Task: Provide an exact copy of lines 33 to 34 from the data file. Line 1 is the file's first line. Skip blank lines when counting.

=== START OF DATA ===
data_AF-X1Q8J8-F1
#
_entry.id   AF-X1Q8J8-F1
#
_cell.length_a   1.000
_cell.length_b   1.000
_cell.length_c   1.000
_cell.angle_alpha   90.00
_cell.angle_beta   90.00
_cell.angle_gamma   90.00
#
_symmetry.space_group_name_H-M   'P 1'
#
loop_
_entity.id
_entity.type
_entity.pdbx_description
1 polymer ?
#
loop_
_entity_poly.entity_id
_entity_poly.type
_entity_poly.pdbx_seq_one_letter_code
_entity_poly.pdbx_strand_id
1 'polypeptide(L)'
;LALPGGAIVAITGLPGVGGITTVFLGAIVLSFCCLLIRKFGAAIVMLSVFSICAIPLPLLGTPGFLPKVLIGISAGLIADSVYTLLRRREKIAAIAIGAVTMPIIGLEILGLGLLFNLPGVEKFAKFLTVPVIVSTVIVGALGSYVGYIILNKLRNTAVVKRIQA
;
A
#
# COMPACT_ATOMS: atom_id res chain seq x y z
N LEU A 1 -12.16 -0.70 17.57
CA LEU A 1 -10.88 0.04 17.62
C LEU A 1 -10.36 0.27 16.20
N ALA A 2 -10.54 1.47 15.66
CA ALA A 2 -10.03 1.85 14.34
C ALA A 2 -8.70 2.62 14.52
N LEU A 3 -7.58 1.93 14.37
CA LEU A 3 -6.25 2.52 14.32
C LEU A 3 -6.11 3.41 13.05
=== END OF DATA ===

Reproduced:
C LEU A 1 -10.36 0.27 16.20
N ALA A 2 -10.54 1.47 15.66